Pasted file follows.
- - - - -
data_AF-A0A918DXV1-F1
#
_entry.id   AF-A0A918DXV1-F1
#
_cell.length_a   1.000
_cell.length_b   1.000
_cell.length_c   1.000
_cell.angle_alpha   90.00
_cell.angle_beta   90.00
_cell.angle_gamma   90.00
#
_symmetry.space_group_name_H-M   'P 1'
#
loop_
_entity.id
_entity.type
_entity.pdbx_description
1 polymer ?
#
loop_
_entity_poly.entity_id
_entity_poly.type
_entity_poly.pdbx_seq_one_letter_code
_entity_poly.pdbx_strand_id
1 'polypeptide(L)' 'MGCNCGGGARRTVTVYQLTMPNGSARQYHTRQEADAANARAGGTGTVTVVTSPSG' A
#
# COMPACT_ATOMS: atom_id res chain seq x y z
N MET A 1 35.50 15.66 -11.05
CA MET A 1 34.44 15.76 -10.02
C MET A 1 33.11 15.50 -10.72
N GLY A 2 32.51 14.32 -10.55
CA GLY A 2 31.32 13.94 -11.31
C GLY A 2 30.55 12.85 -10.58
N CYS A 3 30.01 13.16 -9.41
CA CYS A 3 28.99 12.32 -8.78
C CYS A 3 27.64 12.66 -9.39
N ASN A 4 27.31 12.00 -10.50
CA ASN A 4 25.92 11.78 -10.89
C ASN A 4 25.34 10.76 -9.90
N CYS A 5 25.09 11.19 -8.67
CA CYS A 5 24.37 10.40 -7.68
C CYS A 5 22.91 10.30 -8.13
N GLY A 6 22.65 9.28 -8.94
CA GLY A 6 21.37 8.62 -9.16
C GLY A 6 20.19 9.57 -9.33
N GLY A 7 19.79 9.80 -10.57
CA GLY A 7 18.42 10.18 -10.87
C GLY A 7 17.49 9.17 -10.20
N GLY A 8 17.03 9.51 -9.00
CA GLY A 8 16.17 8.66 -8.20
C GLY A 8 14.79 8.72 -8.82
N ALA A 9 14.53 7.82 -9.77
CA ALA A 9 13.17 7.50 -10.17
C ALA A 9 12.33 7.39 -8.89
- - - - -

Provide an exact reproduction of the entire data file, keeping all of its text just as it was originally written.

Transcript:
data_AF-A0A918DXV1-F1
#
_entry.id   AF-A0A918DXV1-F1
#
_cell.length_a   1.000
_cell.length_b   1.000
_cell.length_c   1.000
_cell.angle_alpha   90.00
_cell.angle_beta   90.00
_cell.angle_gamma   90.00
#
_symmetry.space_group_name_H-M   'P 1'
#
loop_
_entity.id
_entity.type
_entity.pdbx_description
1 polymer ?
#
loop_
_entity_poly.entity_id
_entity_poly.type
_entity_poly.pdbx_seq_one_letter_code
_entity_poly.pdbx_strand_id
1 'polypeptide(L)' 'MGCNCGGGARRTVTVYQLTMPNGSARQYHTRQEADAANARAGGTGTVTVVTSPSG' A
#
# COMPACT_ATOMS: atom_id res chain seq x y z
N MET A 1 35.50 15.66 -11.05
CA MET A 1 34.44 15.76 -10.02
C MET A 1 33.11 15.50 -10.72
N GLY A 2 32.51 14.32 -10.55
CA GLY A 2 31.32 13.94 -11.31
C GLY A 2 30.55 12.85 -10.58
N CYS A 3 30.01 13.16 -9.41
CA CYS A 3 28.99 12.32 -8.78
C CYS A 3 27.64 12.66 -9.39
N ASN A 4 27.31 12.00 -10.50
CA ASN A 4 25.92 11.78 -10.89
C ASN A 4 25.34 10.76 -9.90
N CYS A 5 25.09 11.19 -8.67
CA CYS A 5 24.37 10.40 -7.68
C CYS A 5 22.91 10.30 -8.13
N GLY A 6 22.65 9.28 -8.94
CA GLY A 6 21.37 8.62 -9.16
C GLY A 6 20.19 9.57 -9.33
N GLY A 7 19.79 9.80 -10.57
CA GLY A 7 18.42 10.18 -10.87
C GLY A 7 17.49 9.17 -10.20
N GLY A 8 17.03 9.51 -9.00
CA GLY A 8 16.17 8.66 -8.20
C GLY A 8 14.79 8.72 -8.82
N ALA A 9 14.53 7.82 -9.77
CA ALA A 9 13.17 7.50 -10.17
C ALA A 9 12.33 7.39 -8.89